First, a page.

It’s Valentine’s Day, and you want to have a romantic dinner with your sweetheart. He’s in great health, and can eat anything; you, however, are in perimenopause, and you need to give consideration to your diet to prevent, or ease the severity of menopausal symptoms. You can still go out on the town, or make that romantic dinner for two at home – just pay special attention to the menu.
What Not to Eat
If your primary menopausal symptom is hot flashes and night sweats, it’s a good idea to avoid foods that precipitate them and use menopause supplement. So, for your dinner, this means no high-octane coffee, little or no alcohol, no chocolate, and no spicy foods. Unfortunately, this means no Mexican, no Thai, and no really hot Chinese. You can, however, make or go out for Italian, and what’s more romantic than a candlelit Italian dinner for two?
What to Eat
There are some things you should consider when selecting your meal. Try to choose food items in each course that will help your menopausal symptoms, not trigger them. With that in mind, let’s look at each course:
Choose something without red meat in it if possible. Selecting nuts or fruits as your appetizer is a good way to start your meal. Cottage cheese is great as well. If you want the fried calamari, it’s probably okay. An antipasto platter, with olives and nuts is also a good way to go. Soup makes a great appetizer, and Italian soups are really healthy, so go for it!
Any good green salad is an excellent choice. Where you need to pay attention is the dressing. Choose a dressing with extra virgin olive oil if you can; olive oil is a monounsaturated fat, and it has many health benefits.
Foods high in phosphorous are not a good idea, as they leach calcium from the bones. Fish, poultry, or seafood as your entrée makes more sense. Your fellow can still have the lasagna with red meat if that’s his preference – you just need to order, or make, yourself something different. A turkey dish is a great idea – turkey contains L-Tryptophan, an amino acid instrumental in manufacturing seretonin. Seretonin is a neurotransmitter involved in moods, and it may help depression.
- Side Dishes
Vegetable side dishes you should consider are: broccoli, carrots, cabbage, cauliflower, beans, legumes, or leafy green vegetables, such as kale or turnip greens. Green beans are good for you, and a dish of green beans amandine is not a bad thing at all!
As tempting as the tiramisu is, it’s undoubtedly made with high-octane coffee – espresso, in fact, which is as high-octane as you can get in a cup of coffee. Opt instead for apples – in a pie, a tart, a crisp (this is a good choice – the topping will have oats in it, and oats are really good for menopausal women), baked, or fresh, with berries and nuts. Italian cuisine has some primo desserts, but alas, you need to consider the risk-reward ratio here; highly-processed carbs and sugars are bad news for your blood sugar, and coffee or chocolate may trigger hot flashes in the night.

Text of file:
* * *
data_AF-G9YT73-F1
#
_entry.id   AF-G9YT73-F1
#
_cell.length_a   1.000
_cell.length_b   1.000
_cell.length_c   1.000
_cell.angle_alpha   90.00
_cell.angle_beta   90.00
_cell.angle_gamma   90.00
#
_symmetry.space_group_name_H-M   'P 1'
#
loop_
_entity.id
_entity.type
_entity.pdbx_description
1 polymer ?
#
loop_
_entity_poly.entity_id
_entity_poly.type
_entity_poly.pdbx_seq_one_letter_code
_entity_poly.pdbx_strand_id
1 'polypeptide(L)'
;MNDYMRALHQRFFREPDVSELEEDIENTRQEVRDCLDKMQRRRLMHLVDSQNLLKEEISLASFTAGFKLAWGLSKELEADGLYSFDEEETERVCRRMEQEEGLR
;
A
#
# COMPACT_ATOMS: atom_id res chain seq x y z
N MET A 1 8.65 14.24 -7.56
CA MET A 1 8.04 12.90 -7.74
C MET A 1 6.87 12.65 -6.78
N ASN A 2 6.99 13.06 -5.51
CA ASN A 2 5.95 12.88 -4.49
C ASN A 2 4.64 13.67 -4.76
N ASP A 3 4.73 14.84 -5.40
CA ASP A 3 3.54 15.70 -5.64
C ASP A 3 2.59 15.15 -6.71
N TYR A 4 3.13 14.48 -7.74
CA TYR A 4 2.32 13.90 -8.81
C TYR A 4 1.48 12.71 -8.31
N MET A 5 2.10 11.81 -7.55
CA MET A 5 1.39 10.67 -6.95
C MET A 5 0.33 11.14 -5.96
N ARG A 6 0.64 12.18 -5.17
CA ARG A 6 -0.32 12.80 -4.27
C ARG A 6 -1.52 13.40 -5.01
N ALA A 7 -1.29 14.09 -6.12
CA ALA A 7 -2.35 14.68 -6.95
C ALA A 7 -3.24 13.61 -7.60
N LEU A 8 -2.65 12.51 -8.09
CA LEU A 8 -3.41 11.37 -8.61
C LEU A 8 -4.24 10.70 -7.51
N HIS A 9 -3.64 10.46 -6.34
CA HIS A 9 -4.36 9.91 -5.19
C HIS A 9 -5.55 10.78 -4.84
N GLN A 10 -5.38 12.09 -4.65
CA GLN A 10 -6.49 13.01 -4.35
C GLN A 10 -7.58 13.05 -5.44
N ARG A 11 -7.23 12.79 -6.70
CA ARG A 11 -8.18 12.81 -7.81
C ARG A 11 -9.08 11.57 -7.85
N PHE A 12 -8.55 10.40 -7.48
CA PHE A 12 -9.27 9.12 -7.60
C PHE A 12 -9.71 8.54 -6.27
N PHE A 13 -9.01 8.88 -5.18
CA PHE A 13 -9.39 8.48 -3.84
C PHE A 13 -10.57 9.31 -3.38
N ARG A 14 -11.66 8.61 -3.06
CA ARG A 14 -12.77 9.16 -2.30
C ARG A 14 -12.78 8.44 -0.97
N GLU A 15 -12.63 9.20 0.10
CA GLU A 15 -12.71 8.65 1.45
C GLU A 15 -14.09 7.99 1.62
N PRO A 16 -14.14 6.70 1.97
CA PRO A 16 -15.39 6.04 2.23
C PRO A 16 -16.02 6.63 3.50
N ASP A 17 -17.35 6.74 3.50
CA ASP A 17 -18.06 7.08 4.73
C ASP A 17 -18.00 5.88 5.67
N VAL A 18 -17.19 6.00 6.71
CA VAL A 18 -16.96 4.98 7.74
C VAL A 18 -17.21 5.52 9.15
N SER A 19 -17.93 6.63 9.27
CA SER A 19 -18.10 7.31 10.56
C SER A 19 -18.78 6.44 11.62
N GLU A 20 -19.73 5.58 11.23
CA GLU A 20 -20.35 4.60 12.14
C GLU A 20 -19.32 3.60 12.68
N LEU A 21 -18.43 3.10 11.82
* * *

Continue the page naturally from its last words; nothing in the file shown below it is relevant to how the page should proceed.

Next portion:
- After-dinner Coffee
It’s still possible to enjoy a cup after your meal – just make it decaf. Caffeine is a stimulant, and while it’s not bad for you, at night it can interfere with sleep, and can also trigger those pesky hot flashes. So, try some decaf with cream for a change.
- To Drink, or Not to Drink
Many couples like to drink wine with their meals. If you’re not in menopause, this is not a bad thing. However, you are in perimenopause, and alcohol is one of the stimulants that may trigger your symptoms. You can choose to just go for it, and take the consequences – after all, you may not be one of the women it affects this way – but if you are, you’ll pay for it later in the night. You don’t have to abandon alcohol – just moderate your intake to one drink a day at most. So, choose a sparkling wine like a spumante, and make the glass last the entire meal.
Menopause does not have to get in the way of romance, or put the kibosh on a romantic dinner. You do, however, have to put some thought into what that romantic dinner consists of, or be prepared to face the consequences later. It’s perfectly possible to go out on the town and stay within the parameters of a menopausal diet. So, bon appetit!